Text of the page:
There are many buildings and landmarks to be seen in this local community as it is one of the oldest neighborhoods in the city. Some of the more important and popular one are:

  • Mosque Vekil-Harač or The Pilgrim mosque is a mosque on the banks of the river Miljacka, in the street Veliki Alifakovac (Big Alifakovac). It was built either in 1541 or in 1561 by the quartermaster of Gazi Husrev-beg. It derives its nickname from the fact that in the past the pilgrimages from Sarajevo started their journey to Mekka to attend the Hajj from this place.
  • Mosque Čeljigovići is a mosque located in the Čeljigovići street, just beneath Tranzit istok. It has a tin roof and in 1562 on its place was a mosque of Janissary Nezir. In 1781 it was thoroughly renewed and a maktab was built beside it.
  • Havadže-zade Ahmed mosque known also as Podtakišom, built in 1565, located beneath Tranzit istok on a crossroad.
  • Jakub-pašina mosque, located in Megara street (also known as Small Alifakovac), built in 1491, destroyed in 1936 and reconstructed again in September 2008.
  • Cemetery Alifakovac, created in the 15th century, is one of the oldest and most beautiful cemeteries in Sarajevo. Along with some surrounding buildings and streets, it is declared as a national monument since 2005 and was renewed in 2007.
  • Kozja ćuprija (Goat bridge) is located in the canyon of the river Miljacka, couple of kilometers east from the old part of the city. It was part of the old Tsargrad road which connected Sarajevo to the east part of the Ottoman empire and to the city of Tsargrad (nowadays Istanbul) itself. It's one of the four old bridges in the city which are still preserved. It's 42 meters long and 4,75 meters width, with the arch spanning 17,5 meters. It is a national monument.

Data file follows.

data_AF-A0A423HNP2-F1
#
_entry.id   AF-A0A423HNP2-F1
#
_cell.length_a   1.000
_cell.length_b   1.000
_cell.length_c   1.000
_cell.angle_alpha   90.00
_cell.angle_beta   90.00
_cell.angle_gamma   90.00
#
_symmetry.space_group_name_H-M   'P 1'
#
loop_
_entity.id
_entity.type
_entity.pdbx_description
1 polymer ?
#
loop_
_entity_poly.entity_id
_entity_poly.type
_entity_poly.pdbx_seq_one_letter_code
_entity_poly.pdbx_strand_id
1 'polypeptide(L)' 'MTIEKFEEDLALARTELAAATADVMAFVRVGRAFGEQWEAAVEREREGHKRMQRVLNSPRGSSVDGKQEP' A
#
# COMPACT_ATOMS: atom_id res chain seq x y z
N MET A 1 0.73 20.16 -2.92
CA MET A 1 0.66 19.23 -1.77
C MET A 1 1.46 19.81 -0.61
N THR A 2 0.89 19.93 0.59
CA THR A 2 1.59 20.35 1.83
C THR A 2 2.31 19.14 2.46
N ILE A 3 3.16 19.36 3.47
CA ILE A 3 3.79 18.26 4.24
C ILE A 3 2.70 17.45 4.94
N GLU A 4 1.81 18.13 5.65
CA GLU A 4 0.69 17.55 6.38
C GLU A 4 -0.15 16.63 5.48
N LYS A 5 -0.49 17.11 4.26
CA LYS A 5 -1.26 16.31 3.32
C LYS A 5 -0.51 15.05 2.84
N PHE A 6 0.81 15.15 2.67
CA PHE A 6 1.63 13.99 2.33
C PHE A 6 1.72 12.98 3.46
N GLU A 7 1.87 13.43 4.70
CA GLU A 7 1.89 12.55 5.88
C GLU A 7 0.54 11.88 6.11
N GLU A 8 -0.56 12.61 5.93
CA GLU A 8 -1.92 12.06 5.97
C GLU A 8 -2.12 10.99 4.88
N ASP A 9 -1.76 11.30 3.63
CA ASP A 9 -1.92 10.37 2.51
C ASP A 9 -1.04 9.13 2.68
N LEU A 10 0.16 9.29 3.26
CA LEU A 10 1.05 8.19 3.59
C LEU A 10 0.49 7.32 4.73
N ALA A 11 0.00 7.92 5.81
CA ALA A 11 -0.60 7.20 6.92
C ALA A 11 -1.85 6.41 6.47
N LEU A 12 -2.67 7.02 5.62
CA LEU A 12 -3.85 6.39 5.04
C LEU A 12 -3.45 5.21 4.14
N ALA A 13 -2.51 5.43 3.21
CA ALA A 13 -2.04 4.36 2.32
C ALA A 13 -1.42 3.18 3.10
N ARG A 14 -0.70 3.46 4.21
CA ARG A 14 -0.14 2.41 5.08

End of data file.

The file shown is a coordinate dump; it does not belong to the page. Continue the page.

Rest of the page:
• Inat kuća (Spite house) is a house just on banks on the south side of the river Miljacka on the east enter in the city. It was built on the north side of Miljacka, on the place where now the City hall is located. But in 1892–1894, in the time when the Austria-Hungarian government decided to build a City hall there, it was necessary for the house to be removed from that place. All other building were easily removed, but the owner of this particular house requested a sack of ducat and his house to be transferred, block by block, on the other side of the river. After it was done, because of the spite of the owner the house got the name it has now. Today, its a restaurant which serves traditional Bosnian meals.